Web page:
Budget 2021 is a major shift of the economic dial to the left
We’re just out of the Budget 2021 lock up, where your humble taxpayer advocates and analysts have spent the morning working through the Budget papers.
I’m afraid to tell you that from a taxpayer perspective there are no redeeming features of this Budget. It represents a major shift of the economic dial to the left by rejigging the tax and transfer system strongly towards those not in employment.
And there’s yet another broken promise. As predicted by the Taxpayers’ Union, Grant Robertson’s ‘no new taxes’ promise is out the window. He’s foreshadowed a new Unemployment Insurance Tax – to operate like ACC, where unemployed will get 80% (that’s not a typo) of their income if they lose their job.
The Government’s spin is that this is the ‘Recovery Budget’ but the sole economic plan is to hike benefits. There is no reference to productivity in the material we’ve seen, and the only help for business is an expansion of an initiative for MBIE bureaucrats to teach businesspeople how to sell things on the internet.
Labour is out of control
Despite significant improvement in the economic and fiscal outlook, Grant Robertson has decided we are now in a permanent emergency.
Benefit increases pushed through last year as part of our “Covid Response” have been entrenched and expanded – even while unemployment is forecast to fall. The cost of this amounts to $3.3 billion or $1822.22 per household.
The “Covid Recovery Fund” has been raided for all and sundry poor-quality spending. Here’s a small(ish) example: $527 million is being used to expand the rollout of so-called “free school lunches”. Strangely, this measure is not only linked to COVID, it is also justified in the Budget documents as a “job creation” measure for 2000 roles. For those following along, that’s a cost of $263,500 per job (far more than the jobs lost due to the tax taken in the first place!).
With the economy running stronger than expected, taxpayers should be picking up less of the tab – but government spending is forecast to run nearly $14 billion ($7,722.22 per household) higher between 2022 and 2025 than forecast in December.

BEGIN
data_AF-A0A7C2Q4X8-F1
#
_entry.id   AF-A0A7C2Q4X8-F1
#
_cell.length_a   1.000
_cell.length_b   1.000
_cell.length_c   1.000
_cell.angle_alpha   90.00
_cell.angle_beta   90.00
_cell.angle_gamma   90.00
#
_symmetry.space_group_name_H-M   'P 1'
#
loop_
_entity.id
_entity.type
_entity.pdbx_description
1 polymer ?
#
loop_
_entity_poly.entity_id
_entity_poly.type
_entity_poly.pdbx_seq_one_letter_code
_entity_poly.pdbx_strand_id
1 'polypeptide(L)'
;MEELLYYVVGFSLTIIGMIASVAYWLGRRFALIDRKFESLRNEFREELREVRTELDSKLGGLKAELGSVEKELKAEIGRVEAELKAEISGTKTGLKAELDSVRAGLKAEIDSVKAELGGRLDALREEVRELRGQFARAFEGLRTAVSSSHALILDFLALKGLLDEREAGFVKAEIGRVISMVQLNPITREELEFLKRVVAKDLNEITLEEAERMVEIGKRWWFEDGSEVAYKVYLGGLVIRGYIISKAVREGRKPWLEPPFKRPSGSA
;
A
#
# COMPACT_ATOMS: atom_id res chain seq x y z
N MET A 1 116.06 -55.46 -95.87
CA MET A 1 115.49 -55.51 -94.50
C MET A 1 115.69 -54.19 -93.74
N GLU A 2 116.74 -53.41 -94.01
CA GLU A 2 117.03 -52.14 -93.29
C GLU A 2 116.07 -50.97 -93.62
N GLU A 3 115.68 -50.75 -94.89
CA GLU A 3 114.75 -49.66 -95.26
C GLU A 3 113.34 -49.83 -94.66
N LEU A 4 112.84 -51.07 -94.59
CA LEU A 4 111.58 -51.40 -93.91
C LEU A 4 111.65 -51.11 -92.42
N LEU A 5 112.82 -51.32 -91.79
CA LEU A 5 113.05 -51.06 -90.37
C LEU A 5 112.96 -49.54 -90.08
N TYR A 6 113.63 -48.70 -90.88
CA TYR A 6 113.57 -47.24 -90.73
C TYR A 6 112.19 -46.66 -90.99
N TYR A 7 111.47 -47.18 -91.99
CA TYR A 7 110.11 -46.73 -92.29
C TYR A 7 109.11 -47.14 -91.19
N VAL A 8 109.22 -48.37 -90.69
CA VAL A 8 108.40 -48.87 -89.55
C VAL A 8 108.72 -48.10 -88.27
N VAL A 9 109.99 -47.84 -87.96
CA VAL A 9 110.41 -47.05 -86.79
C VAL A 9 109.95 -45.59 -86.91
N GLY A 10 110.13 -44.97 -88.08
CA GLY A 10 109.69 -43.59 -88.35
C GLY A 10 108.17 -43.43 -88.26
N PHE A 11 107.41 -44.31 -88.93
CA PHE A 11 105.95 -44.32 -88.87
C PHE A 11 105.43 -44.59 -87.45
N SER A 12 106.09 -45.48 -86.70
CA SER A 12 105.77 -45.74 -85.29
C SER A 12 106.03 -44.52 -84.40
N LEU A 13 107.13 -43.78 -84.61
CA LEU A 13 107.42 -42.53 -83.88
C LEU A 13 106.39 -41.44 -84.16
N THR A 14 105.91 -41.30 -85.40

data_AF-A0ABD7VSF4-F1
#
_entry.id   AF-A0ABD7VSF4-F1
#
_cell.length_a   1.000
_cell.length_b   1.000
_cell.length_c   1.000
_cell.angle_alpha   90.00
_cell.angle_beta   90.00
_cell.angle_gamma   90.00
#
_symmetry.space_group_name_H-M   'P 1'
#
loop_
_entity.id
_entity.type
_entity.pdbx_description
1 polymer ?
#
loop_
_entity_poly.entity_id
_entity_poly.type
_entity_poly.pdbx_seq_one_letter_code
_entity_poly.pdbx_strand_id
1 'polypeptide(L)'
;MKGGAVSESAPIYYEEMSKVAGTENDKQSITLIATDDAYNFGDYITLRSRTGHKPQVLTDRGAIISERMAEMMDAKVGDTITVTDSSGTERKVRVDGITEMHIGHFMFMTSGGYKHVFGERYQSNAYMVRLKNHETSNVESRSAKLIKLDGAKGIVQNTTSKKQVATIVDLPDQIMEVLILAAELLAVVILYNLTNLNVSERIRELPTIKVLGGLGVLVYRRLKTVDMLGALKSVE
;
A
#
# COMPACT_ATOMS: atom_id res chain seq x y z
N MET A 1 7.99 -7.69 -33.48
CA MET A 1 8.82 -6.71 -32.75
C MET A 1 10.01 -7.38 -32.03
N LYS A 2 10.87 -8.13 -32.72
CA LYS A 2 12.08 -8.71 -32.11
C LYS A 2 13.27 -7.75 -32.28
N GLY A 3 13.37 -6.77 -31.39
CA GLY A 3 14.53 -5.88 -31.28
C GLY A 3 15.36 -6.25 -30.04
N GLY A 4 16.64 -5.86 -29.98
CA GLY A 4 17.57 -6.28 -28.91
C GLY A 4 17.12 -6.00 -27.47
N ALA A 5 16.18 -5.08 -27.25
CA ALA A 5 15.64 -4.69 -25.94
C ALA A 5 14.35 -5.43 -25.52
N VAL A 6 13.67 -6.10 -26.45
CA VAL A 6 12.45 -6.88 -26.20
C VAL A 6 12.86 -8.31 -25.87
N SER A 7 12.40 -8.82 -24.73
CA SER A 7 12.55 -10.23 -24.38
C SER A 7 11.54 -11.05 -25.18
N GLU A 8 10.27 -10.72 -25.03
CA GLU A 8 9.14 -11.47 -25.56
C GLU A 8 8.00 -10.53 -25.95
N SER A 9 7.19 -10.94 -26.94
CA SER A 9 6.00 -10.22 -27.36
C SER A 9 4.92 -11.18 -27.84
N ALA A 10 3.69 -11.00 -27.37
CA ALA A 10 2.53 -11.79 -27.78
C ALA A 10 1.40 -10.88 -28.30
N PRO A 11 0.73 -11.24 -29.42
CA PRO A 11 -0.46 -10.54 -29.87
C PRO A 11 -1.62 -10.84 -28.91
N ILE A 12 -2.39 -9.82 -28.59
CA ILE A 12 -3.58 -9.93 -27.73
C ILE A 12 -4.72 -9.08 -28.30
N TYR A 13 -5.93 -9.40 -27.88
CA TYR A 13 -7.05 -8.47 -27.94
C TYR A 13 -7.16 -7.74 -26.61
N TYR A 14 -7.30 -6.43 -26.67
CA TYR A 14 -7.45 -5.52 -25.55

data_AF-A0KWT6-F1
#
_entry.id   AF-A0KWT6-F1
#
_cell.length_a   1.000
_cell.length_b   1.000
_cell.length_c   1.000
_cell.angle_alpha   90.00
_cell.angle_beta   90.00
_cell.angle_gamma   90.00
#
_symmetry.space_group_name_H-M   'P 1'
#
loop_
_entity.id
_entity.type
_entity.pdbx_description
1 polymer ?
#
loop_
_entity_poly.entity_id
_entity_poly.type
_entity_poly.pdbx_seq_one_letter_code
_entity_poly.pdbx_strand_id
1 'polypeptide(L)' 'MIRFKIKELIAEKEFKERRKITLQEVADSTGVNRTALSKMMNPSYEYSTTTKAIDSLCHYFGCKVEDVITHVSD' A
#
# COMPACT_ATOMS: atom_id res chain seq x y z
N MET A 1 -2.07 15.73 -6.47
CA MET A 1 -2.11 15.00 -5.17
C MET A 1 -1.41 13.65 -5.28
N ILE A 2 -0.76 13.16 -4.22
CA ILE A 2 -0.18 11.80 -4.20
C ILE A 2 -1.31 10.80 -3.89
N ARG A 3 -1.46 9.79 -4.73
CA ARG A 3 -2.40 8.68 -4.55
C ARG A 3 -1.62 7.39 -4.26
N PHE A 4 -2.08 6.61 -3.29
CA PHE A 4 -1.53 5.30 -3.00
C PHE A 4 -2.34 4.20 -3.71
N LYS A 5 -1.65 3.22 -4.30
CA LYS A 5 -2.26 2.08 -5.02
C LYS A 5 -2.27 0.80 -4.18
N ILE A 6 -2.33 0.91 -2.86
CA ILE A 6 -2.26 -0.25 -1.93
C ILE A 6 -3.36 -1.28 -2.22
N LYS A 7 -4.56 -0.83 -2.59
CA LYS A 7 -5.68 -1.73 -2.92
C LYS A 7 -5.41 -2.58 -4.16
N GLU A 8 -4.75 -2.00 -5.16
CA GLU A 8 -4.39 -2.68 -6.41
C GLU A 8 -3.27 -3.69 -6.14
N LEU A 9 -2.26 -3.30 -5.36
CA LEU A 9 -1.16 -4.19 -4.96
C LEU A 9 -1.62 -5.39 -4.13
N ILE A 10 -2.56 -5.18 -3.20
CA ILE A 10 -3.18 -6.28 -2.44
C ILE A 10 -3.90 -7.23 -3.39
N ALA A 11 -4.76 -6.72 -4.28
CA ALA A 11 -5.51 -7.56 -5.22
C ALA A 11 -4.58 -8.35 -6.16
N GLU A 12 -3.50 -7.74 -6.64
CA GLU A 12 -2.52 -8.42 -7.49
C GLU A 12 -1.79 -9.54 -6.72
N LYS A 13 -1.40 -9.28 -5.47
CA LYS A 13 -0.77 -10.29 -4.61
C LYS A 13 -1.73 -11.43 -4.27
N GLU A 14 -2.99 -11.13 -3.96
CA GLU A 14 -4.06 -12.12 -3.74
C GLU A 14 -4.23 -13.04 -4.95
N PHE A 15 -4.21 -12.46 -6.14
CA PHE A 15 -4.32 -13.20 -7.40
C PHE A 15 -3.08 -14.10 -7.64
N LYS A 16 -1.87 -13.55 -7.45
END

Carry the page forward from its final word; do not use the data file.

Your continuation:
It’s one thing to prop up the economy when we’re all locked inside, but now we’re (mostly) back to normal, isn’t it time to turn off the tap?
Return to 1980s-style social welfare will reduce long term living standards
The benefit hikes announced today will reduce the incentive for Kiwis to work, and result in more intergenerational unemployment poverty.
Economic analysis in the United States over recent weeks suggests that if you increase unemployment benefits too high (as Biden has done) people simply won’t show up to work – one reason why experts have said employment growth there has been so disappointing. With large benefit increases on the way, we risk making the same mistake: why turn up to work, when staying home pays so well?
Unlike President Biden’s relief, our Government is locking in these measures permanently and with their new policy to link benefits to wage growth, the problem doesn’t go away even in a hot economy.
Labour rightly applauded Bill English’s targeted social investment approach – to get people off welfare and into work. Labour’s abandonment of that approach will see higher intergenerational welfare dependency.
Making trains at home
In the 1980s we learned the hard way that making everything at home is an expensive way to live. Forty years later, the Government has decided to rekindle the spirit of Muldoon and begin making KiwiRail’s equipment in Dunedin rather than buying it in from overseas. The total increase in funding for KiwiRail will cost taxpayers $722.22 per household.